Art historian, The Museum of Arts and Crafts, Zagreb

Prilog poznavanju povijesti ranih satova s njihalom

Contribution to understanding the history of early pendulum clocks

Journal 8/2012 (Museum of Applied Art), pages 37-44

739.3:681.11.21(497.5)”1658” ; 739.3:069.51(497.5)”1658”
ID 195688972

Abstract (original language):
U zagrebačkom Muzeju za umjetnost i obrt čuva se tabernakl sat čiji su mehanizam i ukrasna ploča s brojčanikom rađeni oko 1680. godine, a u XVIII stoljeću umetnuti u novo kućište. Izvorni sat je rad poznate urarske radionice Fromanteel koja je već 1658. počela izrađivati satove sa njihalom u En

Key words: (original language)
Fromanteel, Haag, prerada, sat s njihalom, tabernakl sat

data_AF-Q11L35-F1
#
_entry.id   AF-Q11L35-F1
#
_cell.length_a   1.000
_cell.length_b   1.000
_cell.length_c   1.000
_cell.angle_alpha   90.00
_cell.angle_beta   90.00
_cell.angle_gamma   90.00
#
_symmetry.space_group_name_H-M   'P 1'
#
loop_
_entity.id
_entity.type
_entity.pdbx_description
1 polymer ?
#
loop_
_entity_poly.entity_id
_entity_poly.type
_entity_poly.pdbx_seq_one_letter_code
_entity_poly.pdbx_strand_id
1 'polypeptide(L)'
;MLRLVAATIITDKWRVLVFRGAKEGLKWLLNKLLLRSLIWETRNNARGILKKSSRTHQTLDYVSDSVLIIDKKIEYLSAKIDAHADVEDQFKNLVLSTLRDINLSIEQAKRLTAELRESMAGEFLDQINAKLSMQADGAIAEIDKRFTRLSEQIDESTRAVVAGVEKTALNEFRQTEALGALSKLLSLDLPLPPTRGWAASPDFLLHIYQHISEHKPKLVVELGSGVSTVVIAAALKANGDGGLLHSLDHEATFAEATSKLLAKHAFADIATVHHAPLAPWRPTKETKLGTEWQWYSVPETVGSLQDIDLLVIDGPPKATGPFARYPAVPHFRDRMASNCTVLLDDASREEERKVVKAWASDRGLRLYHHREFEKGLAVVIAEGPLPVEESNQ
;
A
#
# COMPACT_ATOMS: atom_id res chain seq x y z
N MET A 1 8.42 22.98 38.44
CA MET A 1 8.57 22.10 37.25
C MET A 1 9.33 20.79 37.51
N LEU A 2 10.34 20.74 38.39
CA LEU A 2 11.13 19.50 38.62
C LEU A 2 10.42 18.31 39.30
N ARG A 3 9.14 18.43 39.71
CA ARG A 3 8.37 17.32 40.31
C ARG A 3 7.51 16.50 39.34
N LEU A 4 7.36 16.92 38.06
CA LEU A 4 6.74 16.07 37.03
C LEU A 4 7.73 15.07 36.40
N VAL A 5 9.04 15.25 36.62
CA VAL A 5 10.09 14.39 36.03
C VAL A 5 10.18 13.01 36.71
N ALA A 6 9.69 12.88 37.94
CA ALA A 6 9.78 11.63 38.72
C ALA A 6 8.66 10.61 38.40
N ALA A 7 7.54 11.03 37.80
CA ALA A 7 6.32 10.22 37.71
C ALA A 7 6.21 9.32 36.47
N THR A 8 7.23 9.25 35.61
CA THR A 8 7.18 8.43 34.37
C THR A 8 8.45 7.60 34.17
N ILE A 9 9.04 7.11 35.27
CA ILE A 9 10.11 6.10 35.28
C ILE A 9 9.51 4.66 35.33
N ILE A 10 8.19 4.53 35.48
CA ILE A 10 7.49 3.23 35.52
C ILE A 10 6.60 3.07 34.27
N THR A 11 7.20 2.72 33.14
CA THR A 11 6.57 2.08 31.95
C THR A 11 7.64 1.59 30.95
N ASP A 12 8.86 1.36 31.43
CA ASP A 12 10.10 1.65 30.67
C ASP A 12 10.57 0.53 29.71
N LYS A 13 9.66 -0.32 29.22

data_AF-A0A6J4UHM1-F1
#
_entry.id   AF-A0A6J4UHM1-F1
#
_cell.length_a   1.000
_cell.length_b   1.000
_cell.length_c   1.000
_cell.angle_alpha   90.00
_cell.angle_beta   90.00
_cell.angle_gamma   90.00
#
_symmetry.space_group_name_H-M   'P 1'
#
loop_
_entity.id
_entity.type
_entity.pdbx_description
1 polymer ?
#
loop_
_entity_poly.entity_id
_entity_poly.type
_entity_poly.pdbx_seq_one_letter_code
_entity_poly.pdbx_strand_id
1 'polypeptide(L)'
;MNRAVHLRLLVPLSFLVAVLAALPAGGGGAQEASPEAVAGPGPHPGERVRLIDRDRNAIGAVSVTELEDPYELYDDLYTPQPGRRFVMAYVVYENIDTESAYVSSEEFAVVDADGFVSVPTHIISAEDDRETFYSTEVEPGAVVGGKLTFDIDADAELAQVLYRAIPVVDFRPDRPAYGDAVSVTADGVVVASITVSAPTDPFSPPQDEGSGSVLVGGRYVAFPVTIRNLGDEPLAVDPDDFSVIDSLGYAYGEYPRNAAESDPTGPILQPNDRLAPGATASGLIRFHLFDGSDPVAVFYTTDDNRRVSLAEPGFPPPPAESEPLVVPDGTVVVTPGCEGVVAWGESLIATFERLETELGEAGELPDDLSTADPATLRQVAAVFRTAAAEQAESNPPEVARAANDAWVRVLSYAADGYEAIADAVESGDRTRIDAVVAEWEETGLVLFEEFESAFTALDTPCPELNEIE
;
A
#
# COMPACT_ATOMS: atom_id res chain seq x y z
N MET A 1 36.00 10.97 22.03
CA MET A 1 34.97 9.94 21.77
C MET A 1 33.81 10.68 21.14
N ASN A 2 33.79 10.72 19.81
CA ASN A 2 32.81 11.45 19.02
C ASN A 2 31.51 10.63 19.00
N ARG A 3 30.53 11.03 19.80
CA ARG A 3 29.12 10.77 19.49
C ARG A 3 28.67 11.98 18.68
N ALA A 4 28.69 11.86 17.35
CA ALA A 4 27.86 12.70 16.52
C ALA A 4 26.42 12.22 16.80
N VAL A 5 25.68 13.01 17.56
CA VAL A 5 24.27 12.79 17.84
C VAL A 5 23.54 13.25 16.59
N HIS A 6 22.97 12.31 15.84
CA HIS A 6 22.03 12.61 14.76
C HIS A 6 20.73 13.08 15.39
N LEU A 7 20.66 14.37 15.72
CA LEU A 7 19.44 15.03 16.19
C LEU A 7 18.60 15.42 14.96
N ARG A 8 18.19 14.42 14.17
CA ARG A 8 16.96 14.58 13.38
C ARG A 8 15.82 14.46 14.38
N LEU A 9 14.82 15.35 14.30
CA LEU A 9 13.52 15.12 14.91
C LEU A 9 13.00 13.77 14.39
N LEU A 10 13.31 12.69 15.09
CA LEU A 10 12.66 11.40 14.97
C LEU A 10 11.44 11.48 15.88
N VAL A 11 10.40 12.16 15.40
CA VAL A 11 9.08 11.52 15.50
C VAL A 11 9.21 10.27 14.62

This paper analyses the bracket clock from the collection of the Museum of Arts and Crafts in Zagreb, signed on the arch of the decorative plate Albertus Fromanteel London, and on the back plate A = Fromanteel (the name of the place covered). After conducted research, it has been established that the original clock, the mechanism and the dial of which have been preserved, was made around 1680 and that it is one of the earliest pendulum regulated clocks. It was made in the workshop of the Fromanteels, the first clockmakers making bracket clocks in England, and Ahasuerus senior and his son Abraham most probably worked together on making it. Apart from that, it has been discovered that on the signature covered later on the Hague was marked as the place where the clock was made, which makes it unique as there are no records that the Fromanteels ever worked in that city. The so called tic-tac escapement is very rare, as well as an early use of the additional seconds dial. Based on archive data and some technical characteristics, it is assumed that the clock was made in London workshop of the famous Dutch clockmakers family, and that the Hague signature was an attempt to enter the local market. When in the second decade of the 18th century arched dial become fashionable, the semi-circular attachment was placed on the decorative plate giving information on the clock maker–Albertus Fromanteel, probably the imaginary clockmaker whose name was mistakenly concluded based on the initial A written on the original signature. The clock went through its last alteration at the end of the 18th century when it was placed into a black glass-covered case with late Baroque and Classicist decorative and functional elements. The detailed analysis of the clock, its original and additional parts, gave us an important new insight in the study of early pendulum clocks within European context. Formanteel clock certainly is one of the most valuable assets of the Museum of Arts and Crafts collection and serves as a proof that Croatia played an important role in the European cultural milieu historically and nowadays alike.

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